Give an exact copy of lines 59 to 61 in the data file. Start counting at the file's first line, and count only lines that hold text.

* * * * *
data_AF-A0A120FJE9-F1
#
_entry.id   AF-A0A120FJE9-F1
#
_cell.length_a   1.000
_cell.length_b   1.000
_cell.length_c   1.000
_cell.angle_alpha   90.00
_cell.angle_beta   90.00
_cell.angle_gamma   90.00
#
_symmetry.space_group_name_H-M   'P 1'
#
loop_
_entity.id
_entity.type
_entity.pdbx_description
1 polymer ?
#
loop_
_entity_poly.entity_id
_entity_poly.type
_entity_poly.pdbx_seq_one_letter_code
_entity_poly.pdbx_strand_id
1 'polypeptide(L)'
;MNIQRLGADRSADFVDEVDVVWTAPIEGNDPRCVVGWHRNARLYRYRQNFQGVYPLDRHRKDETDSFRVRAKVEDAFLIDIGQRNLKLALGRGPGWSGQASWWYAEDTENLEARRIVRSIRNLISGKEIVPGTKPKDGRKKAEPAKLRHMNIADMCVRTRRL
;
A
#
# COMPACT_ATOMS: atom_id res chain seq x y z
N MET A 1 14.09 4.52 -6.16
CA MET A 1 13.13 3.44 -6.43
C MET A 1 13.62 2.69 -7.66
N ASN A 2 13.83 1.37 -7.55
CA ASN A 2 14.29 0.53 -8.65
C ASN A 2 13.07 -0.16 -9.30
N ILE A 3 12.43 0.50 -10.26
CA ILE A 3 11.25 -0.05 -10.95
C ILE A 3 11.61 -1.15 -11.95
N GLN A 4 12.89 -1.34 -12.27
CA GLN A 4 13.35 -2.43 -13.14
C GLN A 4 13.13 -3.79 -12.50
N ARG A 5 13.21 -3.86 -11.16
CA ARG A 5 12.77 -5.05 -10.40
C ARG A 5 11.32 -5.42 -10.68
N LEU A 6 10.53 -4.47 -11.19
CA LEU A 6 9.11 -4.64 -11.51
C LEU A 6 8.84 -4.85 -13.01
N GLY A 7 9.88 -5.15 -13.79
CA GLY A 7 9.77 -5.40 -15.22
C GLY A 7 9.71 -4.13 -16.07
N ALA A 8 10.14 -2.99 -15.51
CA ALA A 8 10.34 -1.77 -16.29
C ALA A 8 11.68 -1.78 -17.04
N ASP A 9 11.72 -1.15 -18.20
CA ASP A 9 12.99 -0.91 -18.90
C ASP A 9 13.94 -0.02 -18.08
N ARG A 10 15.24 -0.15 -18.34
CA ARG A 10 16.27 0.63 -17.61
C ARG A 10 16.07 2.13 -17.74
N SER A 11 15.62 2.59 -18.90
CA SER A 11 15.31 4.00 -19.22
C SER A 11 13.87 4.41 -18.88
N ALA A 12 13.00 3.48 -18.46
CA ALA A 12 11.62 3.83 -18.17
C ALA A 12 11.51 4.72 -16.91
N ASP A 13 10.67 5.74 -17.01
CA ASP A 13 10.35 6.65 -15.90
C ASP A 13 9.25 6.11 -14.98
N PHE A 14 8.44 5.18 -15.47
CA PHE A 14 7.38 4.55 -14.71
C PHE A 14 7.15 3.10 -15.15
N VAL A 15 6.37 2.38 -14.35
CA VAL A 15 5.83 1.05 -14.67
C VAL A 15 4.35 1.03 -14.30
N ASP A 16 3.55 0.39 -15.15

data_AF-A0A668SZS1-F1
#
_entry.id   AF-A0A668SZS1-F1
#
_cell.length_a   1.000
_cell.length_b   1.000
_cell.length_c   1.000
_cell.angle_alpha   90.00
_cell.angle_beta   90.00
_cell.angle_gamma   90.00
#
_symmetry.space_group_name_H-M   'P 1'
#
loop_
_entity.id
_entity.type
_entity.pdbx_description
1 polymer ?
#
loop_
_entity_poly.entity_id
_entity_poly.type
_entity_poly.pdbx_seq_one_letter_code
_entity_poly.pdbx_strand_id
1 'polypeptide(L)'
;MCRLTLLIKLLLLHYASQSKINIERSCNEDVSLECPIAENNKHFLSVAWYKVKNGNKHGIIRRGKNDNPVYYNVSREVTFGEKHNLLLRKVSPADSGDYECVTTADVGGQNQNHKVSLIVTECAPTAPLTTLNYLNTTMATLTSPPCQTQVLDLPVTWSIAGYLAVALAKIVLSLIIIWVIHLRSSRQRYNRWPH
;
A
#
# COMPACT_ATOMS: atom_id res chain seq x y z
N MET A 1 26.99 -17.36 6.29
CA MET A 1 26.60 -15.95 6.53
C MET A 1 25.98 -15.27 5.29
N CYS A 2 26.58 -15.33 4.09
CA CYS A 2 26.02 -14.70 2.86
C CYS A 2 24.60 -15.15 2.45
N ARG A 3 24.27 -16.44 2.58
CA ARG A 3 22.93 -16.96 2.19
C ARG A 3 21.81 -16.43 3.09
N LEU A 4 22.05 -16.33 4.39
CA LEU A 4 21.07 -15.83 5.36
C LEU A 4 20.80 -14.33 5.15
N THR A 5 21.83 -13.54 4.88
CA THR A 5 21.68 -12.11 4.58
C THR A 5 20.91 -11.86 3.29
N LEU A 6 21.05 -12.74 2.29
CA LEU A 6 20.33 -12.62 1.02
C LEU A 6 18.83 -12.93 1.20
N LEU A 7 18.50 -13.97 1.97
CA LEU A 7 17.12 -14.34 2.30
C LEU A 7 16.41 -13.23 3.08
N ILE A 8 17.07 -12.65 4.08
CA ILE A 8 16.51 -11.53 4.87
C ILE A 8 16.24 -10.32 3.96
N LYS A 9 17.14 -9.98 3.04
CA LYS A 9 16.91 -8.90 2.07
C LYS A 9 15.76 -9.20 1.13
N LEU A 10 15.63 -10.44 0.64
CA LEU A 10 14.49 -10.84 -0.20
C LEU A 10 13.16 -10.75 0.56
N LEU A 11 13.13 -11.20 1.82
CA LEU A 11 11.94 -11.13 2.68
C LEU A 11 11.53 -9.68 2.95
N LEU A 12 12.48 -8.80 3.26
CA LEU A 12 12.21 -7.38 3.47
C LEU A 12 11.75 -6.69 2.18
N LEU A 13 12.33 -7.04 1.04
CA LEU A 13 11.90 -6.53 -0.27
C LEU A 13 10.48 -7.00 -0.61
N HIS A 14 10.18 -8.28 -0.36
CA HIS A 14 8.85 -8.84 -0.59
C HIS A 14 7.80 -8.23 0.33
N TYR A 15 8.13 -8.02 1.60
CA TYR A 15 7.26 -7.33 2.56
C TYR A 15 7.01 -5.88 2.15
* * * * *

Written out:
CA ARG A 10 16.27 0.63 -17.61
C ARG A 10 16.07 2.13 -17.74
N SER A 11 15.62 2.59 -18.90